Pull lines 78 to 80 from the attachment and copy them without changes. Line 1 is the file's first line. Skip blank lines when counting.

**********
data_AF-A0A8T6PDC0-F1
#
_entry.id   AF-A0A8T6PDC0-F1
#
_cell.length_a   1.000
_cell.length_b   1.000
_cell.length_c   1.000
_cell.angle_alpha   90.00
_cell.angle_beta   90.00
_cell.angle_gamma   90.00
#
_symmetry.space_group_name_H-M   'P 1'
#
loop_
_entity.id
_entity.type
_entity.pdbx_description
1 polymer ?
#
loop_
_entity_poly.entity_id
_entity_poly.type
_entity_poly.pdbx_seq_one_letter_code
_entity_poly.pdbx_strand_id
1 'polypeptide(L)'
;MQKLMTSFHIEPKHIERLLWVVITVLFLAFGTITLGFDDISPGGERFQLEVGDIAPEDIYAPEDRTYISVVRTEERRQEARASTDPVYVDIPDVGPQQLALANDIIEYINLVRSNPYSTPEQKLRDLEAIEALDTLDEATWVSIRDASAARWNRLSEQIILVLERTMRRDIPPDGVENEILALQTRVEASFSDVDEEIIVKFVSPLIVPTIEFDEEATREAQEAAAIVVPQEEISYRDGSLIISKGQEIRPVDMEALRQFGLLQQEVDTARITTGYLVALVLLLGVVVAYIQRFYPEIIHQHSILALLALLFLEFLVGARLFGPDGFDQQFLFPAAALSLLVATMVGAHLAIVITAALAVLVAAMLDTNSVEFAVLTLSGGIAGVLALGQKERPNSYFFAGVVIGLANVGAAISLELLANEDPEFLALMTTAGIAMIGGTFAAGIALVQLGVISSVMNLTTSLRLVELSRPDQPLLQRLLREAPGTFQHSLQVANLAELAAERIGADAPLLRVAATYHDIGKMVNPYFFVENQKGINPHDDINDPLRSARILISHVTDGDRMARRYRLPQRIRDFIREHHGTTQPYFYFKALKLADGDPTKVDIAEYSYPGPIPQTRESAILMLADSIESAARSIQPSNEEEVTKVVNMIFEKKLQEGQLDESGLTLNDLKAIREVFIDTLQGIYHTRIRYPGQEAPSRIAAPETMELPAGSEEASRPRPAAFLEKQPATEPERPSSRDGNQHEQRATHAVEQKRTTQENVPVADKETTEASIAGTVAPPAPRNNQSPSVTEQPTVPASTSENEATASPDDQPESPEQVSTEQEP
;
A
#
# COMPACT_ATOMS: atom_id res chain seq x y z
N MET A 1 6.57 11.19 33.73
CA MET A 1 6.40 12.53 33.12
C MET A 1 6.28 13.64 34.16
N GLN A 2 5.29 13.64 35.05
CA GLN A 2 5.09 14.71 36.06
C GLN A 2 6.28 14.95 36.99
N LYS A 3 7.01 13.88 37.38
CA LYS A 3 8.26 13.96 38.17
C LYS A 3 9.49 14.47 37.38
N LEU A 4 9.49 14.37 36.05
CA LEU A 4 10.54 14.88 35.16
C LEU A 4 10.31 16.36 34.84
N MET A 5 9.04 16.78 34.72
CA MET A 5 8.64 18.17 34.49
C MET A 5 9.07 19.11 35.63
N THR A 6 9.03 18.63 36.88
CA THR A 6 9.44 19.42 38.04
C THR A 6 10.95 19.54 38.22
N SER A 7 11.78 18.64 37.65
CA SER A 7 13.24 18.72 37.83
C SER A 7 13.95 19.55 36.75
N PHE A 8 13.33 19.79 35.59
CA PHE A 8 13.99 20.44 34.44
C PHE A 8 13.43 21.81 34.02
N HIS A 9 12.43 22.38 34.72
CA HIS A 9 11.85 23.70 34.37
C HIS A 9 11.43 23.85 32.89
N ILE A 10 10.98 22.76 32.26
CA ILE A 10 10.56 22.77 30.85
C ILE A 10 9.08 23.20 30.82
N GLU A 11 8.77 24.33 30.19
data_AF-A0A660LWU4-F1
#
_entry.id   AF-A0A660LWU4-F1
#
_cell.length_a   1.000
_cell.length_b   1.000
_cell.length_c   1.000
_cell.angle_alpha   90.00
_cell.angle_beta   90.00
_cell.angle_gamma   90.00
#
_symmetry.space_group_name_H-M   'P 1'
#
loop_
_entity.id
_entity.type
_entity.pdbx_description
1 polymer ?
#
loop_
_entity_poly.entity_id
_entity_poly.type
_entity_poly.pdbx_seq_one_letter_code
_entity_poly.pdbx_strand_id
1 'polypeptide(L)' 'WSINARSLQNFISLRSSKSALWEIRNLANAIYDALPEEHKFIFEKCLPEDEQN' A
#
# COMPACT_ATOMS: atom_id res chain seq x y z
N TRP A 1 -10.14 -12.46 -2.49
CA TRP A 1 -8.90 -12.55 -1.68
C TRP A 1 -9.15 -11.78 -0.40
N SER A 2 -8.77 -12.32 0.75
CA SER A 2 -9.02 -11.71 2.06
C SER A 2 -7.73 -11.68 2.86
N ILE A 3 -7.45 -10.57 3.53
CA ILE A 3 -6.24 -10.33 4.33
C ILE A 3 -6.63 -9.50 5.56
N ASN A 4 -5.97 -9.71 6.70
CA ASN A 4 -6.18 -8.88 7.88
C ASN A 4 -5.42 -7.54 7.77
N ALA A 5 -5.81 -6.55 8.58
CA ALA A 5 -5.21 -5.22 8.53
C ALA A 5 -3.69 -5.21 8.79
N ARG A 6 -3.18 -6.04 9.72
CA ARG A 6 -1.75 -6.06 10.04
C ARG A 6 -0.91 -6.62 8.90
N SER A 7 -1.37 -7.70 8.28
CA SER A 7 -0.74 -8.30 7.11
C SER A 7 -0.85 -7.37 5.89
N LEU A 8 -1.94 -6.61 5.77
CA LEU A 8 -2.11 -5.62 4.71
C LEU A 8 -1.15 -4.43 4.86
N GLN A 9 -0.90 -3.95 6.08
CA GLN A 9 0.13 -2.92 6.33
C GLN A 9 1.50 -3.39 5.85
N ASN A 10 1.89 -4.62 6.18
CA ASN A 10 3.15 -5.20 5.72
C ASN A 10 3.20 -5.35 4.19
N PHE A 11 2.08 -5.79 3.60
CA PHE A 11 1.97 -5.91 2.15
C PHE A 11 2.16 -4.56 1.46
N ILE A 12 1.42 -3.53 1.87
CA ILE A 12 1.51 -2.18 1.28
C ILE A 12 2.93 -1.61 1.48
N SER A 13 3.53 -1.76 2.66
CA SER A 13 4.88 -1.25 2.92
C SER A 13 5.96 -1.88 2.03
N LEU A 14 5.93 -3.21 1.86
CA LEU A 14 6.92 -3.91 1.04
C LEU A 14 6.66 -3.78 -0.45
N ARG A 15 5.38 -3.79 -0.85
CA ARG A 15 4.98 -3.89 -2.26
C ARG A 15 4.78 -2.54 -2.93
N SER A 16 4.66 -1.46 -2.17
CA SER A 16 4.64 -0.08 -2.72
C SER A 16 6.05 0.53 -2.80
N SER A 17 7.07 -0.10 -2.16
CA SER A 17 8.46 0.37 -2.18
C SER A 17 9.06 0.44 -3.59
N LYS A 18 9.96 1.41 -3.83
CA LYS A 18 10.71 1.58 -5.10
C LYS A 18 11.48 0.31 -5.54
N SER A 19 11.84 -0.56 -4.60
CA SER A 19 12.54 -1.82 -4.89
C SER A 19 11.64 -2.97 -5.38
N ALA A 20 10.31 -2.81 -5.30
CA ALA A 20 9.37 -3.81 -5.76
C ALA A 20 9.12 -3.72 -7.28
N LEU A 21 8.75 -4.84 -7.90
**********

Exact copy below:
_entity.pdbx_description
1 polymer ?
#